Laurichesse H, Gourdon F, Smits HL, et al. Safety and immunogenicity of subcutaneous or intramascular administration of a monovalent inactivated vaccine against Leptospira interrogans serogroup icterohaemorrhagiae in healthy volunteers. Clin Microbial Infect. 2007;13:395–403.
Rajapakse S, Weeratunga P, Niloofa R, et al. A Diagnostic scoring model for leptospirosis in resource limited settings. PLoS Negl Trop Dis. 2016;10(6):e0004513.
Levett PN, Branch SL, Whittington CU, et al. Two methods for rapid serological diagnosis of acute Leptospirosis. Clin Diagn Lab Immunol. 2001;8:349–51.
Oliveira TR, Longhi MT, de Morais ZM, et al. Evaluation of leptospiral recombinant antigens MPL17 and MPL21 for serological diagnosis of Leptospirosis by enzyme-linked immnosorbent assays. Clin Vaccine Immunol. 2008;15:1715–22.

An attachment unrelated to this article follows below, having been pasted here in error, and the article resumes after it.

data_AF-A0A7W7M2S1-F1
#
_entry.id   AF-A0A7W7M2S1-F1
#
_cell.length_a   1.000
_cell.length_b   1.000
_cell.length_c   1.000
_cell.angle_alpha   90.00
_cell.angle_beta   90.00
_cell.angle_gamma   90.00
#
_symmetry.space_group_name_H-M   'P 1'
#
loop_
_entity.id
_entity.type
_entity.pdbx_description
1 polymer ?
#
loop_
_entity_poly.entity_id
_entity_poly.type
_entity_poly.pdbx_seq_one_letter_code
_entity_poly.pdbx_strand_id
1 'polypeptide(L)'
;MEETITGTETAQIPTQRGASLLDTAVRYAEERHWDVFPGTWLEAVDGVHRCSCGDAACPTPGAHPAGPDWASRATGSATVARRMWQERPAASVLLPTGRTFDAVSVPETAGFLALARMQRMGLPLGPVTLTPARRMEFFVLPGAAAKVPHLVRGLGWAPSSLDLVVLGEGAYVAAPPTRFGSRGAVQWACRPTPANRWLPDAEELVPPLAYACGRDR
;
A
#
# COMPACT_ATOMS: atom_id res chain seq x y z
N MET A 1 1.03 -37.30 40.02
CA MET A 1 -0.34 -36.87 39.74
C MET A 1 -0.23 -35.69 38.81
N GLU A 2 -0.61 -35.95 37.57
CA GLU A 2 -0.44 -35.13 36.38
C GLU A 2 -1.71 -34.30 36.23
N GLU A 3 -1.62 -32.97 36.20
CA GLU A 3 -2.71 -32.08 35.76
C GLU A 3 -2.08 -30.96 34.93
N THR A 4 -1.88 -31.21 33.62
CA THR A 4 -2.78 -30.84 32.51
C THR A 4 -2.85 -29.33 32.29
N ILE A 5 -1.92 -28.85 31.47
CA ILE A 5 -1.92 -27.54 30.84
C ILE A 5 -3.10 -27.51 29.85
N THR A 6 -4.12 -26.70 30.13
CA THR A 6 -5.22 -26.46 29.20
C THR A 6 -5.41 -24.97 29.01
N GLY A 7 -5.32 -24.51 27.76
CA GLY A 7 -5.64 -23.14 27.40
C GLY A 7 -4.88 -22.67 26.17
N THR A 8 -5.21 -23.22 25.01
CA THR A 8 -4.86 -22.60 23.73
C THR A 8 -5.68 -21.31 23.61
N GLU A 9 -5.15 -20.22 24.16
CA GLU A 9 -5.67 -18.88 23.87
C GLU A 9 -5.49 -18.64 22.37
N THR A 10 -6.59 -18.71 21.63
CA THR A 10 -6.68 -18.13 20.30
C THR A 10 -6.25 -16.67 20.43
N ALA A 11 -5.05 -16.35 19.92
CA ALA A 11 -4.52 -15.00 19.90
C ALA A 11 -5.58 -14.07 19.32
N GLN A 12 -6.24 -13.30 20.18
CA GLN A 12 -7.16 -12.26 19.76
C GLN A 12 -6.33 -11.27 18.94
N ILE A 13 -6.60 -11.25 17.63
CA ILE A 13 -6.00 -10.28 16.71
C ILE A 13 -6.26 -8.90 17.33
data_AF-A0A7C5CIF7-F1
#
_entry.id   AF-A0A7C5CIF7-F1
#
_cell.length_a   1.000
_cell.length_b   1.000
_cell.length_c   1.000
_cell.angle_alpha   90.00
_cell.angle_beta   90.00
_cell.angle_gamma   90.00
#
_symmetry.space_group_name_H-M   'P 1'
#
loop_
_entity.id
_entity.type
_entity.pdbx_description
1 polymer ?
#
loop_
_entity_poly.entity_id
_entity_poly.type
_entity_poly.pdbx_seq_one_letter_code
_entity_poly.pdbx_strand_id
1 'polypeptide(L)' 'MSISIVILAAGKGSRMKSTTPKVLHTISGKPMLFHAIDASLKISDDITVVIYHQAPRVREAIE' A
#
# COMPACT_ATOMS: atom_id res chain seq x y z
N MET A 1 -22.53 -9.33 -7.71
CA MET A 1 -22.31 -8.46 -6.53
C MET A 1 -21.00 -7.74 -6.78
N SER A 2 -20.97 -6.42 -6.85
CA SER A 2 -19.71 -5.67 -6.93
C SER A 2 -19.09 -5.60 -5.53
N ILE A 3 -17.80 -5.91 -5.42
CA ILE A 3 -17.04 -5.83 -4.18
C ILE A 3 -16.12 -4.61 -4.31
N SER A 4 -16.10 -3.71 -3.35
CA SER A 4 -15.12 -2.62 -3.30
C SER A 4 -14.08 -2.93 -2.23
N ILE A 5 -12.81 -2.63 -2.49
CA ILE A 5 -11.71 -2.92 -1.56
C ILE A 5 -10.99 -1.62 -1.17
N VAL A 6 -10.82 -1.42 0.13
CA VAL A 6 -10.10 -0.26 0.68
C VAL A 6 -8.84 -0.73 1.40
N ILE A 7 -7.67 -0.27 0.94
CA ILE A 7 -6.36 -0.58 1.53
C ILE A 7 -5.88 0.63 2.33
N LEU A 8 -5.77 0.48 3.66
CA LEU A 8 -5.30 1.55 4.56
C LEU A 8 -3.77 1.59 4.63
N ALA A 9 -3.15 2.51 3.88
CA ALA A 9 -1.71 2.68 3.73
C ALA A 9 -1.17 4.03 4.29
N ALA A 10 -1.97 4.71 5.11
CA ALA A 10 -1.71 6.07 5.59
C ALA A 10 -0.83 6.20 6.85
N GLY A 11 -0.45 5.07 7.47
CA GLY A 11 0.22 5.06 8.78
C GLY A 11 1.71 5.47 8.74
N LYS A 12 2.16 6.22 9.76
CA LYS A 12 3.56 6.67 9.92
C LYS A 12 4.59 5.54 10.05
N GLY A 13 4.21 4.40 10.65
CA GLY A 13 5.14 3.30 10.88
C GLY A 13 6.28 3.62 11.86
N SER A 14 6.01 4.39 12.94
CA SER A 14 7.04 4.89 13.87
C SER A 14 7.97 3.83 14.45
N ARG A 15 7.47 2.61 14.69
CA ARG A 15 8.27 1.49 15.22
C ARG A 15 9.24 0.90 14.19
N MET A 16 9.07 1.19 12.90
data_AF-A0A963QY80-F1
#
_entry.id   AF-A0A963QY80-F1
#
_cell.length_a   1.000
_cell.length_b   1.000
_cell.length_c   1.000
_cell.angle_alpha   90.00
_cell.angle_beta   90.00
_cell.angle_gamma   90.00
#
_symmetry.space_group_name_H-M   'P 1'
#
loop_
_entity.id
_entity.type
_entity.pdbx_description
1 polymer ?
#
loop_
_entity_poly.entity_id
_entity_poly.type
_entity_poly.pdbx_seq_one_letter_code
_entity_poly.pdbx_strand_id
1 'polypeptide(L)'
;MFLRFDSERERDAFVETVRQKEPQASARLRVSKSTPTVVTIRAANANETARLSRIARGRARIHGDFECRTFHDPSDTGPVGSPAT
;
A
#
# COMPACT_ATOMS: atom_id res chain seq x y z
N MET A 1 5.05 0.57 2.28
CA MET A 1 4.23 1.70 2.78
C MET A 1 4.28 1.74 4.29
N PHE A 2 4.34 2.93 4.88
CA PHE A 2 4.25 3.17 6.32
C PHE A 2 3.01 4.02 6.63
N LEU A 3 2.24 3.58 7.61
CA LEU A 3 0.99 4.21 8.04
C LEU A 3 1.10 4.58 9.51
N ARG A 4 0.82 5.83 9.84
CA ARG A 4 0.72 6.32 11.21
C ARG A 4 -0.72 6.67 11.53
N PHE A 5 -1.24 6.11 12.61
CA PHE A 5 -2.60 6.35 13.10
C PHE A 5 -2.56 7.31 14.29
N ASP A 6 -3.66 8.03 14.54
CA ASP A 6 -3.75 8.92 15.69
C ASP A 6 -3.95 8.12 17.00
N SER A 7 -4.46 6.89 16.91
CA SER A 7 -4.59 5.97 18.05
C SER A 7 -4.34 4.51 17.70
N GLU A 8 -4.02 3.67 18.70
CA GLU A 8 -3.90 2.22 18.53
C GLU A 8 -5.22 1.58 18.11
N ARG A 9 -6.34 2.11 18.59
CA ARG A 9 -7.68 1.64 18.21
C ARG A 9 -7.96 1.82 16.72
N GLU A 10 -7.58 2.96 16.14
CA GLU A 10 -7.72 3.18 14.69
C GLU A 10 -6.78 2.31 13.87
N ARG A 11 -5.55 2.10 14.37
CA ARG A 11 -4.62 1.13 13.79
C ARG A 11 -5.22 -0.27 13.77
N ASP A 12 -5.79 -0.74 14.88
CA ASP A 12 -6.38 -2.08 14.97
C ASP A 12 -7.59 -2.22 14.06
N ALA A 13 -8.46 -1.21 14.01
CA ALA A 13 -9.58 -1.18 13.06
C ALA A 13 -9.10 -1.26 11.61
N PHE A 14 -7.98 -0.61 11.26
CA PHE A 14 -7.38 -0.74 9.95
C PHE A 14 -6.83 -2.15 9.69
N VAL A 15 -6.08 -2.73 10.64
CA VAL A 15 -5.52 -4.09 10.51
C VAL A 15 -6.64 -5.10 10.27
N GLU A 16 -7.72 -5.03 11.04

Faine S. Leptospira. In Topley and Wilson's Microbiology and Microbial Infections, Collier L and Max A. Vol 2, 9th edition. London: Arnold; 1998. p. 1287–1304.
Gussenhoven GC, Mawgvd H, Goris MGA, et al. LEPTO dipstick, a dipstick assay for detection of Leptospira-specific immunoglobulin M antibodies in human sera. J Clin Microbiol. 1996;35:92–7.
Bajani MD, Ashford DA, Bragg SL. Evaluation of four commercially available rapid serological tests for diagnosis of leptospirosis. J Clin Microbiol. 2003;41:803–9.
Victoriano AFB, Smythe LD, Gloriani-Barzaga N, et al. Leptospirosis in the Asia Pacific region. BMC Infect Dis. 2009;9:147.